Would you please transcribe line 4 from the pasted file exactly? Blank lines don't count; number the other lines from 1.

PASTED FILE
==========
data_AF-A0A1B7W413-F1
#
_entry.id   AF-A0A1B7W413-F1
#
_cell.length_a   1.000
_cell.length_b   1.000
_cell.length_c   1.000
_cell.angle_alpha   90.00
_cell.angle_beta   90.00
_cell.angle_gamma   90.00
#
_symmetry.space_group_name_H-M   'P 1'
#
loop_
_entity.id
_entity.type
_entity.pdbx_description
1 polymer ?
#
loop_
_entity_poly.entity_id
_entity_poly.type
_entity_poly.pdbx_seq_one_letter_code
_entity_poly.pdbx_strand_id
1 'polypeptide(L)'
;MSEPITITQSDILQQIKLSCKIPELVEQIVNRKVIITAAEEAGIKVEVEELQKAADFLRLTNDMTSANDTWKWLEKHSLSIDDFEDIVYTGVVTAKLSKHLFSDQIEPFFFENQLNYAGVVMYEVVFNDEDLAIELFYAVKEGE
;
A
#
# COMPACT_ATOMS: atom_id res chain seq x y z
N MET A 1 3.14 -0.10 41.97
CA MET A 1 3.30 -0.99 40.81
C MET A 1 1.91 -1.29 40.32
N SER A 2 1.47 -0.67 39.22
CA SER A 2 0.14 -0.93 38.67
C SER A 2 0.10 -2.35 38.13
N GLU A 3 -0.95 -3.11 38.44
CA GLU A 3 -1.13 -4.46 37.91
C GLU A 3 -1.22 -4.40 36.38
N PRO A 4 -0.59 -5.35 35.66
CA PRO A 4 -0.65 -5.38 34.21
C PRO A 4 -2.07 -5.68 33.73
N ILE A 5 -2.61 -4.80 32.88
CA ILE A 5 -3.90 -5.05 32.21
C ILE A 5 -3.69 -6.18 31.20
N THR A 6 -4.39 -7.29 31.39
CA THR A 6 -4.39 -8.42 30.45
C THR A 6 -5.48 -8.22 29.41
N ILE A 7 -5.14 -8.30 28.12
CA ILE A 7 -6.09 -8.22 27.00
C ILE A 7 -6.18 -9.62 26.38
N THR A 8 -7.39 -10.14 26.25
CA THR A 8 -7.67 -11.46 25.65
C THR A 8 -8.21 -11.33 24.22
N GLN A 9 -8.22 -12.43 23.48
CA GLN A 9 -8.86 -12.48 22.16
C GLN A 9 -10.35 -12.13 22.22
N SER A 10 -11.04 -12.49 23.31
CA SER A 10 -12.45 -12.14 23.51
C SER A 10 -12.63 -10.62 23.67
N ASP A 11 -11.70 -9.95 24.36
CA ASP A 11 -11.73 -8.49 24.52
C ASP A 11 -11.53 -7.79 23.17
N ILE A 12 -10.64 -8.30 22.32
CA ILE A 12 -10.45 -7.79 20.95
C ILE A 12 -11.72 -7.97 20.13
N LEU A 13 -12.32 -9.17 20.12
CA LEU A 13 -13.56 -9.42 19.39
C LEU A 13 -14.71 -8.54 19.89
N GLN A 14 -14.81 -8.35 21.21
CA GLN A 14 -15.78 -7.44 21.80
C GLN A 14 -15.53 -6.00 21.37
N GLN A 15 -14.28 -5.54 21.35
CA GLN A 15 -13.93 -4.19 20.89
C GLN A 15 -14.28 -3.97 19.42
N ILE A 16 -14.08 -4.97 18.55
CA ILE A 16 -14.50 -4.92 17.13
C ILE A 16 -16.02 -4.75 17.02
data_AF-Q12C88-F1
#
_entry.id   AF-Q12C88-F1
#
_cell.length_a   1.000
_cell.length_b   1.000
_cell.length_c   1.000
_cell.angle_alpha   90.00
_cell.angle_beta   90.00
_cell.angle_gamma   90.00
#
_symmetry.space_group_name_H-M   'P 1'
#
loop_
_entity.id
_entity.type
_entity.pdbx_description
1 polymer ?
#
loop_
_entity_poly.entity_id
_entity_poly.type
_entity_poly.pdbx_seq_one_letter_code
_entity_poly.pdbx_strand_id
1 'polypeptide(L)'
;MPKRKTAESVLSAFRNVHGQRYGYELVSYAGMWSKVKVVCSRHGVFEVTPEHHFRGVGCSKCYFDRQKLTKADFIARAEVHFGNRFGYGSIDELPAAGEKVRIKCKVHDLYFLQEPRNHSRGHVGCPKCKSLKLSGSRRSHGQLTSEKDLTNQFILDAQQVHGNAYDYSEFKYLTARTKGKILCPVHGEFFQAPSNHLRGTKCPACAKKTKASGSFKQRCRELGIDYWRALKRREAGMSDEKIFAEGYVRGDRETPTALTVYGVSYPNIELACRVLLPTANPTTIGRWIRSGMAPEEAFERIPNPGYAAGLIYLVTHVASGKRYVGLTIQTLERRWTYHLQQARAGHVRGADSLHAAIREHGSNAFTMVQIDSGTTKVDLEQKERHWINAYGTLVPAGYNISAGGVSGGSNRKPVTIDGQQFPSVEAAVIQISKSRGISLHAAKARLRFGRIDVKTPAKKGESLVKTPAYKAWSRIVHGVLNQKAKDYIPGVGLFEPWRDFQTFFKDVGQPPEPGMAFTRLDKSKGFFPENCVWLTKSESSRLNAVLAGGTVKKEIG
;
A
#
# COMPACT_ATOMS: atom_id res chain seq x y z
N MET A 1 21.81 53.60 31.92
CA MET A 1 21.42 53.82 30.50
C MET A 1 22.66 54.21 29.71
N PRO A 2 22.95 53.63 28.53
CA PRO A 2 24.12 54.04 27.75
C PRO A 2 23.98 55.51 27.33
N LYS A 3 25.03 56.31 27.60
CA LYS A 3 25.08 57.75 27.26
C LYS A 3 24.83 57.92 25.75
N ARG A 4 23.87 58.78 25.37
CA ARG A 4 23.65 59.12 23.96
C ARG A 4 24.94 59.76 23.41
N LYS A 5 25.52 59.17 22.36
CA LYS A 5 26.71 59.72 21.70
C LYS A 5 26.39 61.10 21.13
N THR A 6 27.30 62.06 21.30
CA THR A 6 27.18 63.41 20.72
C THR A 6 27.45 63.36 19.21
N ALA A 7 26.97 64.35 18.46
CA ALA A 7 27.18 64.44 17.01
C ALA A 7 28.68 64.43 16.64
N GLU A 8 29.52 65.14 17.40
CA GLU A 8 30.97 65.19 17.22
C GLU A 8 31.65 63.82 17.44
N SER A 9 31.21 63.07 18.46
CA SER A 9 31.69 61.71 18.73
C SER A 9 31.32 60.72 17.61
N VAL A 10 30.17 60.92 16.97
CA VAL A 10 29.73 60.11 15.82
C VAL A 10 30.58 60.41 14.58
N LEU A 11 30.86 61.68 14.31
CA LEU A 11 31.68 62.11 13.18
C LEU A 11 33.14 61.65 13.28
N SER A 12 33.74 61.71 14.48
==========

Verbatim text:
#